The subdivisions, which are lower volume roads, get a chip seal. “My budget allows me to do four miles of asphalt a year and maybe 10 miles of chip seal, said Stacy. “One mile of chip seal is $25,000 and one mile of asphalt, that’s 1,500 tons, is $120,000. With contract labor that comes to $150,000.”
Stacy says the county’s paved roads were done when costs were down and it was cheap to chip seal and get rid of dust. “Now we have 150 miles of chip seal roads that I don’t have the budget to maintain. All chip seal is, is a protective wear surface for asphalt. It’s not designed to be pavement, but that’s what we’re using it for,” said Stacy. “A chip seal is only as thick as the biggest rock in it – so that’s about one-half inch thick.”
Stacy said that it will be another three weeks before the hot mix plants (there are two in the county — ACA and Hard Rock) go back into operation. The county has to wait until the local materials are available to get to work on the potholes.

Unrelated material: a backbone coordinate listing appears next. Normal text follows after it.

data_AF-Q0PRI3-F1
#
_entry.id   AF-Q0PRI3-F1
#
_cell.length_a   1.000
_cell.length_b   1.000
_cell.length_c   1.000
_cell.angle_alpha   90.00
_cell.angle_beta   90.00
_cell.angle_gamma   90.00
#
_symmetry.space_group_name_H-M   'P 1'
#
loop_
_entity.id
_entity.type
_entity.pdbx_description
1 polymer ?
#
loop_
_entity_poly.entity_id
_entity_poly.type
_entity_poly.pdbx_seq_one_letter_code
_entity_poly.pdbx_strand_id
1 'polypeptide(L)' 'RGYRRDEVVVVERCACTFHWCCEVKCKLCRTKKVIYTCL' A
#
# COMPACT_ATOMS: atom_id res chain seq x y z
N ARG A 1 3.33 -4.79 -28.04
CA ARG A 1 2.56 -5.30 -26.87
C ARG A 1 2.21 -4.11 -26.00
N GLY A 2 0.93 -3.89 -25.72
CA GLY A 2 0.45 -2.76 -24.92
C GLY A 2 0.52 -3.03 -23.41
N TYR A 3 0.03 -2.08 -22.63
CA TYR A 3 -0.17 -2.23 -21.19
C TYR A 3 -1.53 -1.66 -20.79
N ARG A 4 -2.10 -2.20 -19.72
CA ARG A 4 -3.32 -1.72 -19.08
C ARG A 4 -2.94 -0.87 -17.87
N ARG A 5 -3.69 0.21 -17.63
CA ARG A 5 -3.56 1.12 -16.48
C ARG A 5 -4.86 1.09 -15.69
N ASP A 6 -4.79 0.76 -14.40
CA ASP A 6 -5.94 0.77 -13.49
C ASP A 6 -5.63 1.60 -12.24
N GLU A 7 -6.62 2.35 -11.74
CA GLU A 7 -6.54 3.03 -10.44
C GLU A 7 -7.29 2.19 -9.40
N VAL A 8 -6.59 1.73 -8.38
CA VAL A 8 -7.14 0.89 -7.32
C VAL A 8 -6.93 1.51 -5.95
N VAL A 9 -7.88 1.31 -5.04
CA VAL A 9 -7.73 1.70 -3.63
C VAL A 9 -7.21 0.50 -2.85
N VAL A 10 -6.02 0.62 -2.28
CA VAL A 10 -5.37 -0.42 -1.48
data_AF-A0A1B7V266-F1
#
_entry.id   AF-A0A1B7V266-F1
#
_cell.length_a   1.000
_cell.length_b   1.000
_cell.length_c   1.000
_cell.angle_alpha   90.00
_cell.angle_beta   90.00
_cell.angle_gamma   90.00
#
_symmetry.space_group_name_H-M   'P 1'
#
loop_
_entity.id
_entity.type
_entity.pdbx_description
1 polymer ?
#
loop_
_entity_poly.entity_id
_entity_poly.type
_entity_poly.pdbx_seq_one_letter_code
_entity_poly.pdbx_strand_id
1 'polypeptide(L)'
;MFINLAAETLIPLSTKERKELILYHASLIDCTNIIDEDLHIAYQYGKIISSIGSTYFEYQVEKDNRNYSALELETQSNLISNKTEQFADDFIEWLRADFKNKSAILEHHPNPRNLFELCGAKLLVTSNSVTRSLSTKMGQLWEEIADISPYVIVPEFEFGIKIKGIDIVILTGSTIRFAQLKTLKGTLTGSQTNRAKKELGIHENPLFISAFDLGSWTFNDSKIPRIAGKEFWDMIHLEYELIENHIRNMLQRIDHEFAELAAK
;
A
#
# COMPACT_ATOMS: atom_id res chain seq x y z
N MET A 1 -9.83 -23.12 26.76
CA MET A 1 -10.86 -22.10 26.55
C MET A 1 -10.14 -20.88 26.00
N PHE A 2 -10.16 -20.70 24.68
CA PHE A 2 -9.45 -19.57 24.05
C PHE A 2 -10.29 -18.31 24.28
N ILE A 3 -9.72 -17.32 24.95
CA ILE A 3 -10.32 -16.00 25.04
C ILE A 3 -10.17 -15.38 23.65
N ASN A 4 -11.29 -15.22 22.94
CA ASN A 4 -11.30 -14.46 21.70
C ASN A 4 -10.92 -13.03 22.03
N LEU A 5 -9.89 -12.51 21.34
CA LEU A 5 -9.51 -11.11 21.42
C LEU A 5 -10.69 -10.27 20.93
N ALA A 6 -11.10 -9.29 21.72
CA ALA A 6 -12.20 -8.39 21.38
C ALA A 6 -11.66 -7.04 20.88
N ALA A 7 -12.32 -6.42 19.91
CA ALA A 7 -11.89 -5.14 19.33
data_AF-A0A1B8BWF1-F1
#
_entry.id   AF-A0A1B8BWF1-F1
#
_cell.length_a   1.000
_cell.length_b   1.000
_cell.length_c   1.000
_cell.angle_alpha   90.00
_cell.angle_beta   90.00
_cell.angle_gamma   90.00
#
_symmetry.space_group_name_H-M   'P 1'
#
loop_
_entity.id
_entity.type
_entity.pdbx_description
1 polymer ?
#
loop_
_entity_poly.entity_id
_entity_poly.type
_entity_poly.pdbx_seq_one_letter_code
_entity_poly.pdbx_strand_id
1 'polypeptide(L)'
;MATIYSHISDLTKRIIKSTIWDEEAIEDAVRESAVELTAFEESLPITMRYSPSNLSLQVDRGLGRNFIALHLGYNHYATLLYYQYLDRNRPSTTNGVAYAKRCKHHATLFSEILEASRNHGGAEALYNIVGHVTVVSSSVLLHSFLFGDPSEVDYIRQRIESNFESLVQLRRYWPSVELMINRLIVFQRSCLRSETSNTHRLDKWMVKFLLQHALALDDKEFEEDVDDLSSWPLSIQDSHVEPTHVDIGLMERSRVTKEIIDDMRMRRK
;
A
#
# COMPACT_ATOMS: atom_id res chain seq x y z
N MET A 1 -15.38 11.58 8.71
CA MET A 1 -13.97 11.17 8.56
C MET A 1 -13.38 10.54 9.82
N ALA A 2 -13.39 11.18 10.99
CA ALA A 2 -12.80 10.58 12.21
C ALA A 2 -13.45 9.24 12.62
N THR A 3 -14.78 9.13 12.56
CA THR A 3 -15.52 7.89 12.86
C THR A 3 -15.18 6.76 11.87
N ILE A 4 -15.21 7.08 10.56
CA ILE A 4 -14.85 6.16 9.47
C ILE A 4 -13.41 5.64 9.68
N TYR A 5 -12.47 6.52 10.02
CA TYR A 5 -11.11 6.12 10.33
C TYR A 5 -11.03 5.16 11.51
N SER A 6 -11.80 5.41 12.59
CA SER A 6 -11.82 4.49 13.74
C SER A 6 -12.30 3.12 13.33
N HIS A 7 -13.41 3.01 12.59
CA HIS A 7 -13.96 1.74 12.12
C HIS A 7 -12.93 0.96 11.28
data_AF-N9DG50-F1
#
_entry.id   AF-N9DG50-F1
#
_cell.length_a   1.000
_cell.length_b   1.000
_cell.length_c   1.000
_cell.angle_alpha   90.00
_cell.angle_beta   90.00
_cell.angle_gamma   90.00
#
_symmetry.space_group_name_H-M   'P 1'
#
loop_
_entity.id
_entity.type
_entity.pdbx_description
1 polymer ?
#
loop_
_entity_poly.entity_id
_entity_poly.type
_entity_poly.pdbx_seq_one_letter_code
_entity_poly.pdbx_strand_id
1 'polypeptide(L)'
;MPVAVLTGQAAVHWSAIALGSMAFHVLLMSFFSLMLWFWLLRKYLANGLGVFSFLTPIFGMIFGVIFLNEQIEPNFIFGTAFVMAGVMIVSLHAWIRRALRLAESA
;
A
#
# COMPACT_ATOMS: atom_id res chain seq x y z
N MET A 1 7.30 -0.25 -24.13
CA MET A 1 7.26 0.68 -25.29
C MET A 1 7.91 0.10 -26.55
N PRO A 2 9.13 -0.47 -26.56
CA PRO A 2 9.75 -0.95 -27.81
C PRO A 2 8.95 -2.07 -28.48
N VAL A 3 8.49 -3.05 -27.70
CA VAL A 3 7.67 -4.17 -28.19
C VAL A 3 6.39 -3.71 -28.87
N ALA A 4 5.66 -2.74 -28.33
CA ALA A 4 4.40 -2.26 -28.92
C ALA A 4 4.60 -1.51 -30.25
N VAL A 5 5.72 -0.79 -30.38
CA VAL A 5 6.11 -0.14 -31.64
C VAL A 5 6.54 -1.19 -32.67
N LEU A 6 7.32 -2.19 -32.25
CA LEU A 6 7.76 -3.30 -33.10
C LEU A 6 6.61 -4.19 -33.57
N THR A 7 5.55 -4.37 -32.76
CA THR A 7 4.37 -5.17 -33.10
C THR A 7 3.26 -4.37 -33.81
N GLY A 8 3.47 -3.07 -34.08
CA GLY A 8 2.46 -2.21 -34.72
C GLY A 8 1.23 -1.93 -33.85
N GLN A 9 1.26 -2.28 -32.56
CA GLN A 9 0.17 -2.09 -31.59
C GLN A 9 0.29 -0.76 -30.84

Contrary to popular impression, most of the county road budget comes from the highway user tax fund (gas tax) not property taxes. “People think that road maintenance comes out of their property taxes and that’s just not true,” said Stacy. “ I get one mil of property taxes [for roads]. The rest is fuel tax, and PILT funds pay for the actual materials – gravel and asphalt – in the budget. (PILT stands for payment in lieu of taxes, a fund that compensates local government for the property taxes not received, where the vast majority of county land is state or federal lands.)